You are invited to submit a proposal for the Videography Mentorship Program. No previous experience in making video essays is required. Access to editing software (e.g. Adobe Premiere Pro, DaVinci Resolve, iMovie) and basic knowledge of how to use it will be necessary to work on the assignment and larger project. We welcome applications from graduate students and faculty. If admitted to th e program, your travel costs to the symposium and hotel accommodation will be covered. The program is open to applicants of all nationalities. However, we can only sponsor travel costs from within Europe.
Please send a brief proposal (max. 300 words) of your videographic project and a short bio (max. 100 words) with the subject line “Videography Mentorship Program” to firstname.lastname@example.org. The deadline is June 30, 2022. We will notify all applicants by mid-July 2022.
Dr. Evelyn Kreutzer, Prof. Dr. Kathleen Loock, Anna-Sophie Philippi, and Dr. Maike Reinerth
(the organizers of the symposium)
And one more shameless, plug: check out my contribution to the ongoing series of blogs reflecting on Ariel Avissar’s TV Dictionary Project, published at the Critical Studies in Television blog: “On Collaborative Videographic Criticism & The Myth of John Adams.”
Check out all the other entries here, or below:
“The TV Dictionary — An Introduction” by Ariel Avissar
And be sure to tune in to the June 29 roundtable dedicated to the project at the CST online slow conference. The roundtable will be held at 3:15 - 4:45 pm BST and feature Libertad Gills, Catherine Grant, Evelyn Kreutzer, Johannes Binotto, Ariel Avissar and Jason Mittell. More here.
More News & Notes
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The latest issue of NECSUS features a fantastic collection of video essays curated by Liz Greene. The collection includes video essays by Catherine Grant, John Gibbs and Douglas Pye, Johannes Binotto, Ian Garwood, and Liz Greene. Read Liz’s introductory essay, “Sound and the audiovisual essay, part 2: The theory, history, and practice of film sound and music in videographic criticism.”
The 9th issue of Tecmerin: Journal of Audiovisual Essays is now live! Check out the entire issue here.
Prolific video essayists Adrian Martin and Cristina Álvarez López have been collecting their past works into the multi-volume “The Audiovisual Essay Collection.” From Cristina’s blog: “This collection aims to bring together the audiovisual essays that Adrian Martin and I have been making for more than ten years. All works have been revised for inclusion in this Collection, and many have been technically upgraded and improved.” Learn more via Cristina’s blog, here.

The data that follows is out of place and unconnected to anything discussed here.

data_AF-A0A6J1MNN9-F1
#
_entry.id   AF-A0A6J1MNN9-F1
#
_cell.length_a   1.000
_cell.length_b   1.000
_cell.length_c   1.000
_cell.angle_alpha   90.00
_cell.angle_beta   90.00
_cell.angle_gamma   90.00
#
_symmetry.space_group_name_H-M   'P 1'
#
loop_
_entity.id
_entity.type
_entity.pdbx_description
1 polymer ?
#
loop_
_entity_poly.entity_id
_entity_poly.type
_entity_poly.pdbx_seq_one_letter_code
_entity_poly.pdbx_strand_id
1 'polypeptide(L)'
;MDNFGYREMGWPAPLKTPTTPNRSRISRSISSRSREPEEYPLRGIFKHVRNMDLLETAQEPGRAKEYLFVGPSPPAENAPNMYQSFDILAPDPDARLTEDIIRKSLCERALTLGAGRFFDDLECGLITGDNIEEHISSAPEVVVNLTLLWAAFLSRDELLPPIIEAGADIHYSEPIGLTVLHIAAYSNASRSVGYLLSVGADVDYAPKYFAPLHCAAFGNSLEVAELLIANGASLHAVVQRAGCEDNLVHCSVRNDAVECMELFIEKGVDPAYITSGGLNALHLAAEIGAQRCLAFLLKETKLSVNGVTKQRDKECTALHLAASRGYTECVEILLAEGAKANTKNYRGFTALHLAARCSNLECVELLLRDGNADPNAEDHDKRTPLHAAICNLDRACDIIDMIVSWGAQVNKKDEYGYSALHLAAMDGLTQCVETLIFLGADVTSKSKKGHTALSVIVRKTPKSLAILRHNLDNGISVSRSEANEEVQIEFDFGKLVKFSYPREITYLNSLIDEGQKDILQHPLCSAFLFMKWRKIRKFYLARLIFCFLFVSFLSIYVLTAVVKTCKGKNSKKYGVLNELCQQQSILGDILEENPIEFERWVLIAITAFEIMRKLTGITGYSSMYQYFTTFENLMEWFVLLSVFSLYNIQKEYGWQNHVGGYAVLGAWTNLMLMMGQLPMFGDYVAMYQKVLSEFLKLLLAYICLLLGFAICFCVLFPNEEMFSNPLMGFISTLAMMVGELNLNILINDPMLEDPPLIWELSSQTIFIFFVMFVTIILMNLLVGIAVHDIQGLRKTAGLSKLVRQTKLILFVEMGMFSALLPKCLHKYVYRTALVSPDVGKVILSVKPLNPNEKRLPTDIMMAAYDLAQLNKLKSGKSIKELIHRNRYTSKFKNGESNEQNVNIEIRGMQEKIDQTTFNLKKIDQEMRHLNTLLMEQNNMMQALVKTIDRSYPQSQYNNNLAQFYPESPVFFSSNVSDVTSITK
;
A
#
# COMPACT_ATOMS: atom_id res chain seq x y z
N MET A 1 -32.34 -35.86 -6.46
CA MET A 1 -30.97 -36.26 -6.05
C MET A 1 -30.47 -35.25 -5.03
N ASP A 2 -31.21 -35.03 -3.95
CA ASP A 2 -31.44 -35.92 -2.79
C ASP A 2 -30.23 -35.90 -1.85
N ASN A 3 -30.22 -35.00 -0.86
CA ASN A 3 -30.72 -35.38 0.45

Evelyn Kreutzer has put out a new call for videos to be included as part of an ongoing project called Moving Poems, “a showcase of video essays based on poetry.” More here.
A new post by Catherine Grant for Film Studies for Free: “In the Nick of Time: On Cli-Fi and Ecocinema Film and Moving Image Studies.”
A new issue of MOVIE: A Journal of Film Criticism was published last month and features a mix of written and audiovisual work. More here.
Coming up in July
The HOLLYWOOD MEMORIES research group is holding the in-person workshop “Audience Research: Methods and Approaches” at Leibniz University Hannover. The workshop will include a screening of video essays Catherine Grant, Ariel Avissar, Evelyn Kreutzer, Cormac Donnelly, and Kathleen Loock. Learn more about the July 8 event here.
“The Adelio Ferrero Award is the oldest and most renowned Italian award for young film critics, historically featuring two contests, for essays and reviews in Italian. The 38h edition features a section dedicated to video essays (audiovisual works that analyze works and issues related to the audiovisual field). This section is addressed to international participants, filmmakers and video essayists from everywhere.” The deadline to submit is September 15, 2022. Learn more here.
“Theory & Practice of The Video Essay,” an International Conference on Videographic Criticism, will be held at the University of Massachusetts Amherst from September 22-23, 2022. Learn more here.